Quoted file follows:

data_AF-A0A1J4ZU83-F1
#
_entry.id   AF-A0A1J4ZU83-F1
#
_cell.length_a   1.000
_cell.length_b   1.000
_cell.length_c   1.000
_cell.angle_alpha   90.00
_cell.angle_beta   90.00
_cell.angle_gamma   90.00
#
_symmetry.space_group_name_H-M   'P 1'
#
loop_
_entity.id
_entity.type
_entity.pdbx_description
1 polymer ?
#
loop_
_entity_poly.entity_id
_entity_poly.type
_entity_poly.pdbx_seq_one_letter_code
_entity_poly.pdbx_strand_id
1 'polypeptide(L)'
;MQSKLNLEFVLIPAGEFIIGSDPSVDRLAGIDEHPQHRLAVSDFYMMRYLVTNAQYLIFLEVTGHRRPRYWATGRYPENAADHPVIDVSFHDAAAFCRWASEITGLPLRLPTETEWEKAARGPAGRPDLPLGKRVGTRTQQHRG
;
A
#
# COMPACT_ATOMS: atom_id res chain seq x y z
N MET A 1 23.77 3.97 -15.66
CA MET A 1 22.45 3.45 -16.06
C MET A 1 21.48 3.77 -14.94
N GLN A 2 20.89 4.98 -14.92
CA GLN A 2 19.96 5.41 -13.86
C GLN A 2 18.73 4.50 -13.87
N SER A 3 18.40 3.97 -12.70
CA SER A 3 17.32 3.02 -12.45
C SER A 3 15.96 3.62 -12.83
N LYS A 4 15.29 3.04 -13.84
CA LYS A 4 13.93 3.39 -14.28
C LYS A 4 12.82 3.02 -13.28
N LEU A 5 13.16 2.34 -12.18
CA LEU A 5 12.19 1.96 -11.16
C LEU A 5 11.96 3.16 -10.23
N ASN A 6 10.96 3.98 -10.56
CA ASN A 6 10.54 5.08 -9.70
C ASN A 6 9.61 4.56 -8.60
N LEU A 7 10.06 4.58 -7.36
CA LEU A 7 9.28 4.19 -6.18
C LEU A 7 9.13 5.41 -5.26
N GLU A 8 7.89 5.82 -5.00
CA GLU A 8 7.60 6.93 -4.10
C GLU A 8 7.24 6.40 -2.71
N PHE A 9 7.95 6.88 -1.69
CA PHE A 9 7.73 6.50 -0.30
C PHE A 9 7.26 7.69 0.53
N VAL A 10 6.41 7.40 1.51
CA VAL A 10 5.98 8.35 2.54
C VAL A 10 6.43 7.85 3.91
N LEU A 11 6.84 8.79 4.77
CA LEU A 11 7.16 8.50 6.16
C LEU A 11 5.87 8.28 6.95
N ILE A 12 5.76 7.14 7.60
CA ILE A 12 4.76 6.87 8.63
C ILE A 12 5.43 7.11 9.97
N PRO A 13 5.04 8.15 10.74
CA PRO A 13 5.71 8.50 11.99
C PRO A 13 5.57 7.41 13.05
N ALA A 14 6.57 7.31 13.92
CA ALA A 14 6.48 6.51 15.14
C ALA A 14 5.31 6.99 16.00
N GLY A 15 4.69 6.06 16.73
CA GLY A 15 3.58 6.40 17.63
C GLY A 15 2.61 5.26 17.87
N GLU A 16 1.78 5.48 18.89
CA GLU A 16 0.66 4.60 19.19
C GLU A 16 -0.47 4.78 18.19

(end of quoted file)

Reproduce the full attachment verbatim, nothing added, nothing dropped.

data_AF-A0A1J4ZU83-F1
#
_entry.id   AF-A0A1J4ZU83-F1
#
_cell.length_a   1.000
_cell.length_b   1.000
_cell.length_c   1.000
_cell.angle_alpha   90.00
_cell.angle_beta   90.00
_cell.angle_gamma   90.00
#
_symmetry.space_group_name_H-M   'P 1'
#
loop_
_entity.id
_entity.type
_entity.pdbx_description
1 polymer ?
#
loop_
_entity_poly.entity_id
_entity_poly.type
_entity_poly.pdbx_seq_one_letter_code
_entity_poly.pdbx_strand_id
1 'polypeptide(L)'
;MQSKLNLEFVLIPAGEFIIGSDPSVDRLAGIDEHPQHRLAVSDFYMMRYLVTNAQYLIFLEVTGHRRPRYWATGRYPENAADHPVIDVSFHDAAAFCRWASEITGLPLRLPTETEWEKAARGPAGRPDLPLGKRVGTRTQQHRG
;
A
#
# COMPACT_ATOMS: atom_id res chain seq x y z
N MET A 1 23.77 3.97 -15.66
CA MET A 1 22.45 3.45 -16.06
C MET A 1 21.48 3.77 -14.94
N GLN A 2 20.89 4.98 -14.92
CA GLN A 2 19.96 5.41 -13.86
C GLN A 2 18.73 4.50 -13.87
N SER A 3 18.40 3.97 -12.70
CA SER A 3 17.32 3.02 -12.45
C SER A 3 15.96 3.62 -12.83
N LYS A 4 15.29 3.04 -13.84
CA LYS A 4 13.93 3.39 -14.28
C LYS A 4 12.82 3.02 -13.28
N LEU A 5 13.16 2.34 -12.18
CA LEU A 5 12.19 1.96 -11.16
C LEU A 5 11.96 3.16 -10.23
N ASN A 6 10.96 3.98 -10.56
CA ASN A 6 10.54 5.08 -9.70
C ASN A 6 9.61 4.56 -8.60
N LEU A 7 10.06 4.58 -7.36
CA LEU A 7 9.28 4.19 -6.18
C LEU A 7 9.13 5.41 -5.26
N GLU A 8 7.89 5.82 -5.00
CA GLU A 8 7.60 6.93 -4.10
C GLU A 8 7.24 6.40 -2.71
N PHE A 9 7.95 6.88 -1.69
CA PHE A 9 7.73 6.50 -0.30
C PHE A 9 7.26 7.69 0.53
N VAL A 10 6.41 7.40 1.51
CA VAL A 10 5.98 8.35 2.54
C VAL A 10 6.43 7.85 3.91
N LEU A 11 6.84 8.79 4.77
CA LEU A 11 7.16 8.50 6.16
C LEU A 11 5.87 8.28 6.95
N ILE A 12 5.76 7.14 7.60
CA ILE A 12 4.76 6.87 8.63
C ILE A 12 5.43 7.11 9.97
N PRO A 13 5.04 8.15 10.74
CA PRO A 13 5.71 8.50 11.99
C PRO A 13 5.57 7.41 13.05
N ALA A 14 6.57 7.31 13.92
CA ALA A 14 6.48 6.51 15.14
C ALA A 14 5.31 6.99 16.00
N GLY A 15 4.69 6.06 16.73
CA GLY A 15 3.58 6.40 17.63
C GLY A 15 2.61 5.26 17.87
N GLU A 16 1.78 5.48 18.89
CA GLU A 16 0.66 4.60 19.19
C GLU A 16 -0.47 4.78 18.19